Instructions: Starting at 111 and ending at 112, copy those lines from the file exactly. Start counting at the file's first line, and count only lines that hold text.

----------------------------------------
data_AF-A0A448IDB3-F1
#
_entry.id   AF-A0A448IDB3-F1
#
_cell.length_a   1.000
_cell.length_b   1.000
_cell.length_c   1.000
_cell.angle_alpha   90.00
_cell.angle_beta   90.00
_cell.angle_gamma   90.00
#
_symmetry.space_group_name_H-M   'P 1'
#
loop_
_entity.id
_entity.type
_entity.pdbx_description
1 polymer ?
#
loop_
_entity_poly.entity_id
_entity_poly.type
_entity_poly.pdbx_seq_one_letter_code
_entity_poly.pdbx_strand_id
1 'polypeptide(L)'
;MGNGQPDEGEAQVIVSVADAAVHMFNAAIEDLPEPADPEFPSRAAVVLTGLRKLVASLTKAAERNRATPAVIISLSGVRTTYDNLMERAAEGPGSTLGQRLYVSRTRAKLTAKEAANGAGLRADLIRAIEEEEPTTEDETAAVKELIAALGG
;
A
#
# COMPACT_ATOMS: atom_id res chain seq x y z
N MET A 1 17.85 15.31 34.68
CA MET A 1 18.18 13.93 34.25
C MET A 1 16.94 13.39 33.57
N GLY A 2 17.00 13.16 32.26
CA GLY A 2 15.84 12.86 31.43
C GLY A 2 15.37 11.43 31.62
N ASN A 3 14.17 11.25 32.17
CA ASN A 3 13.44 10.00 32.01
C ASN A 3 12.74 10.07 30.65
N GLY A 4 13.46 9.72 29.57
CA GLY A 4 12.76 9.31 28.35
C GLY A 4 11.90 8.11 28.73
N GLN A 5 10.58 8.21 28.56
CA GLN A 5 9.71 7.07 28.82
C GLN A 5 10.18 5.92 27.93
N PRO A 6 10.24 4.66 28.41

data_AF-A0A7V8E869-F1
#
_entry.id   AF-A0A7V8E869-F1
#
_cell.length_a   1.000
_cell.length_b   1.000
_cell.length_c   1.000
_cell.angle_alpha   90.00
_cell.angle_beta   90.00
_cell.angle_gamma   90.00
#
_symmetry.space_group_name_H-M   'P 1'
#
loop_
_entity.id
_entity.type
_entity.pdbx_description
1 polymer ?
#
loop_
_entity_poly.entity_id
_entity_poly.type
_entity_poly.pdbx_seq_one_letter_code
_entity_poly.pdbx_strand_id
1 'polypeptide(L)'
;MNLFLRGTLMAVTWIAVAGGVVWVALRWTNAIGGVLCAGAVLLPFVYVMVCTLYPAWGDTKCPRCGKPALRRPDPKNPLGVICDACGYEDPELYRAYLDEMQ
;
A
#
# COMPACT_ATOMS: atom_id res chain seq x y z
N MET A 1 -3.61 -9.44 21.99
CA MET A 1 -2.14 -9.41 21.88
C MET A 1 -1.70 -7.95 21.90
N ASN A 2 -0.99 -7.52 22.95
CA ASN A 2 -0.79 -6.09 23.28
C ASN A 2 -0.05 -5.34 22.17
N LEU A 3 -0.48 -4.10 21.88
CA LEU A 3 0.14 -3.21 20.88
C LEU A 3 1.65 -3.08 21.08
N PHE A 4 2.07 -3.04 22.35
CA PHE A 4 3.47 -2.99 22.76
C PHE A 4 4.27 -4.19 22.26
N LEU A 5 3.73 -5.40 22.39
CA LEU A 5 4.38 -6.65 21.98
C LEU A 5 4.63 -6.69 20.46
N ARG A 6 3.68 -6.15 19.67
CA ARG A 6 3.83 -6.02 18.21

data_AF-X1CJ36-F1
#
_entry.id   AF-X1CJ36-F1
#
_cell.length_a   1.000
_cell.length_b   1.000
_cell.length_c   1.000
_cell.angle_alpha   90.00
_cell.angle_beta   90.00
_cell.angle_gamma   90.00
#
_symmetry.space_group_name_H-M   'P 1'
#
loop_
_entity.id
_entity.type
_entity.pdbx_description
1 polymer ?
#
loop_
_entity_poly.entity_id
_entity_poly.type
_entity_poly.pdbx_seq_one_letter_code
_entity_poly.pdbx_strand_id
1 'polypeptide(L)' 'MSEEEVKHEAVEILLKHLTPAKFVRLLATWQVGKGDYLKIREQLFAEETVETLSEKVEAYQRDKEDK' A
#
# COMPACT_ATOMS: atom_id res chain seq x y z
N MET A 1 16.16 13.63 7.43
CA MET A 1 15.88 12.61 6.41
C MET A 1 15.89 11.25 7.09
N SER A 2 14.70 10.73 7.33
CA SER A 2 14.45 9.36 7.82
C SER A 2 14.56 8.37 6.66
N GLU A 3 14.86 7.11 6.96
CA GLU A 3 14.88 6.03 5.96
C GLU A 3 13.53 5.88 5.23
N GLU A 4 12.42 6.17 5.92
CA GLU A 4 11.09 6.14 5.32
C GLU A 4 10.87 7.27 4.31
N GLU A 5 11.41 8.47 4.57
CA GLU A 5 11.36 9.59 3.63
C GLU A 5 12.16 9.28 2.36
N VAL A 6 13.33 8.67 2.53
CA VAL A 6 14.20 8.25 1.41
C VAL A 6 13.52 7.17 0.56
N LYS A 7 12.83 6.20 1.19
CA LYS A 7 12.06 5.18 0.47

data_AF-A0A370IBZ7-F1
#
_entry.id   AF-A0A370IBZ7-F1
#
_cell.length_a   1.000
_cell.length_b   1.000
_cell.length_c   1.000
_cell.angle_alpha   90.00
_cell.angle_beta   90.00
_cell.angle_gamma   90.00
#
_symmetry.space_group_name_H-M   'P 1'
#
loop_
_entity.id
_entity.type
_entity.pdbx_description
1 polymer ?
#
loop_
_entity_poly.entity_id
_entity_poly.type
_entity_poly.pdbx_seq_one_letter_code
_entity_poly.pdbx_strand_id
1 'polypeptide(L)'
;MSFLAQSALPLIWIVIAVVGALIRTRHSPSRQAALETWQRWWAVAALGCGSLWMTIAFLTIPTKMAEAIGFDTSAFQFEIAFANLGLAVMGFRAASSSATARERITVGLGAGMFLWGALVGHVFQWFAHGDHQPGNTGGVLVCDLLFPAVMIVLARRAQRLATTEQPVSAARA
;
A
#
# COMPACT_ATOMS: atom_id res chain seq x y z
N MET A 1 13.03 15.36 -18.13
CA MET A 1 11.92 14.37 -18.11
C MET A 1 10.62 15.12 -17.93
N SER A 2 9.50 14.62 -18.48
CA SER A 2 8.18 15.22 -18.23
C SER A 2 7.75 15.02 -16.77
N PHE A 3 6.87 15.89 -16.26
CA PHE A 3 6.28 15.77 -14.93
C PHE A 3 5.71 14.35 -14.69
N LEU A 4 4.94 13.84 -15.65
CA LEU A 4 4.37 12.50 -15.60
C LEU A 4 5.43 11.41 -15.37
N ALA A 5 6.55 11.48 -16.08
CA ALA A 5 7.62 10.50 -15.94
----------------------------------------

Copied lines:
1 polymer ?
#